Wrote Canadian Hart McHaarg, "It was the proudest day of my life, to stand as the representative of the Canadian people in the captured capital of the Boers."

The building still stands. (below) the large 9" pressed glass plate struck to commemorate the occasion. (Found in St. Catharines, ON)

Surrender Hill, Fouriesburg, OFS: July 1900
The Trail of Tears: On July 30, 1900, 5,000 Boer men, women and children were trapped and forced to surrender to a huge encircling British army on a hilltop, at Surrender Hill, near Fouriesburg in the mountains of the eastern Orange Free State. (right).

(below) Historian John Goldi - standing where the photographer stood - points to where the Union Jack flew as four British generals watched on top of the hill (below left), as hundreds of wagons streamed past them down the track on which he is standing. It was a mass surrender on such a scale that everyone felt the war was now almost over. The surrender here, has split generations of Boers since, into bitterly divided camps, as they struggle to interpret the morality of this defining moment in Afrikaner history.

(below) General De Wet who had escaped from the trap with 2500 men was livid when he heard of the surrender. In his memoirs he wrote: "It was nothing short of an act of murder! One could gnash one's teeth to think that a nation should so readily rush to its own ruin."

(below right) Daniel Johannes Erasmus, whose family and farm house at Senekal had been the centre of a huge battle, was captured at Surrender Hill and sent as a prisoner of war to Bermuda. He would not see his wife and baby again for two years, all the time never knowing if they were still alive in the war zone. Some 30,000 Boers shared his fate and nearly 1,000 of them died in exile.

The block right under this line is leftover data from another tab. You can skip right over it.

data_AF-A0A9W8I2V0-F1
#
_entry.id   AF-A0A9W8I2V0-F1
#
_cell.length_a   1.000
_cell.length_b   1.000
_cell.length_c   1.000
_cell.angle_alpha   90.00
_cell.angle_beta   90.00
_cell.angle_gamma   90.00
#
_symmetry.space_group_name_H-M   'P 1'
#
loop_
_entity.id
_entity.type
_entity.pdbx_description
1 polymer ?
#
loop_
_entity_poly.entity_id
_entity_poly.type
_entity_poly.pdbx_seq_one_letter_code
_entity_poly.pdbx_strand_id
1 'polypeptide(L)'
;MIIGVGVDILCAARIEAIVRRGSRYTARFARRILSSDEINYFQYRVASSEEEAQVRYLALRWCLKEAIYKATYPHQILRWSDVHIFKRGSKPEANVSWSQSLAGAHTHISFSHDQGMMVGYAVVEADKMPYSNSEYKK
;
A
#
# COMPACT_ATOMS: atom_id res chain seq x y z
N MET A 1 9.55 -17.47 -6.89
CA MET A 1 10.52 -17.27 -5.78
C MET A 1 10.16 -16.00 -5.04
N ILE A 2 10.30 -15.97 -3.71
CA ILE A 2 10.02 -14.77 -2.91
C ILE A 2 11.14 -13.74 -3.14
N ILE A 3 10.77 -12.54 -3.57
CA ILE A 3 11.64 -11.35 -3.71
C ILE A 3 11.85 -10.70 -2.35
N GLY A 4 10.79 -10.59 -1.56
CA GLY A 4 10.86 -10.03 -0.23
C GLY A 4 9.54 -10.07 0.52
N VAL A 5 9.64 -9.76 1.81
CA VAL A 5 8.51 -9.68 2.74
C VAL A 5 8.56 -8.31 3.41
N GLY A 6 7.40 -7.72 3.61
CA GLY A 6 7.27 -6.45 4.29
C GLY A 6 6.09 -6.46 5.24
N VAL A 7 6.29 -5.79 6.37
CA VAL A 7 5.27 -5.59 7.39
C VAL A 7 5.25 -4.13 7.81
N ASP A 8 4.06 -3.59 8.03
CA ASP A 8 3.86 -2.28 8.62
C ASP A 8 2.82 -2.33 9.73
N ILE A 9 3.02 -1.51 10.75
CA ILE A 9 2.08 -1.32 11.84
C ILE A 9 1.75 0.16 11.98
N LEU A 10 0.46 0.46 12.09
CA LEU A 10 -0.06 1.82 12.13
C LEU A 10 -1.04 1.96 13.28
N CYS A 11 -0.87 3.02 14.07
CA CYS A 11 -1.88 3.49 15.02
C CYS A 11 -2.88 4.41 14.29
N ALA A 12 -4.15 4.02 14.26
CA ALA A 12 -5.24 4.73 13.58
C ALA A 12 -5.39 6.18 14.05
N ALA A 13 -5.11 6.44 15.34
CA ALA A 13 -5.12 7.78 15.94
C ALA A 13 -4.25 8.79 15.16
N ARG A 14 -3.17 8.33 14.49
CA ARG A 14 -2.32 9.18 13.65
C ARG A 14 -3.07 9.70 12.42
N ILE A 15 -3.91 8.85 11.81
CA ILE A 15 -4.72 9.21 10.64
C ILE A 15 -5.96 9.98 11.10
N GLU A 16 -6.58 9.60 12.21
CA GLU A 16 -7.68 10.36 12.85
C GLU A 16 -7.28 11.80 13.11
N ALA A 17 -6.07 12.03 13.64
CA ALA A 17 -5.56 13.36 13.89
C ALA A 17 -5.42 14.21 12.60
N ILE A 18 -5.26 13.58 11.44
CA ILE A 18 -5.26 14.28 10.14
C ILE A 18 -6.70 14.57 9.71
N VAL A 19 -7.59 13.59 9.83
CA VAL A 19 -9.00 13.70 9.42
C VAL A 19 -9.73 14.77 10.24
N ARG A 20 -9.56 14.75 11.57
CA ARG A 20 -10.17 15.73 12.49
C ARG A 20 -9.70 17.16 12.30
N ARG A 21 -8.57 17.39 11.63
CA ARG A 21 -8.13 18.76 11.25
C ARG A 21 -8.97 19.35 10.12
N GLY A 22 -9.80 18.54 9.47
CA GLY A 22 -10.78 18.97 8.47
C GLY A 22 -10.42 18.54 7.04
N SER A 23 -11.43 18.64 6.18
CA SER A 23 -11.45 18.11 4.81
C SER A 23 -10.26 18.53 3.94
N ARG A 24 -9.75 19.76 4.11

The huge bare patch of ground, just below the crown of the hill (right), is where the dreams of a generation of Boers went up in smoke. Here they were made to pile up thousands of their rifles, pistols, and their ammunition bandoleers (below). Then the pile was set on fire. Witnesses said it burned day and night for days.

In the past hundred years not a single blade of grass has ever grown on this spot (right). Says historian John Goldi of the barren ground, "It's as if the salt from generations of tears has made it impossible for anything ever to grow here again."

(left) Boers surrendering their arms to British Tommies. But it was not the end. General De Wet ignited a guerilla campaign that, for two more years, tied up the biggest British army in history, in an endless and futile effort to try to catch the rest of the elusive Boers.

(below) Some relics of the great fire: Top row, melted and flattened Mauser shell casings, middle row, mauser lead bullets, bottom row, Martini-Henry shells and bullets, with vintage cartridge for comparison.

Surrender Hill - July 30, 1900
The Soul of the Freedom Struggle: One who escaped with General De Wet from the trap at Surrender Hill, was President Steyn of the Orange Free State, looking quite proper in his stylish suit (right) for he had trained as a lawyer in London. He and de Wet would never be caught as they fought their guerilla campaign through the lenghth and breadth of the two Boer republics for the next two years. Together they remained the "heart and soul of this freedom struggle" and now lie in eternity, side by side at the foot of the Woman's Memorial in Bloemfontein, which also holds the ashes of a British lady, Emily Hobhouse.

c Goldi Productions Ltd. 1996 & 2000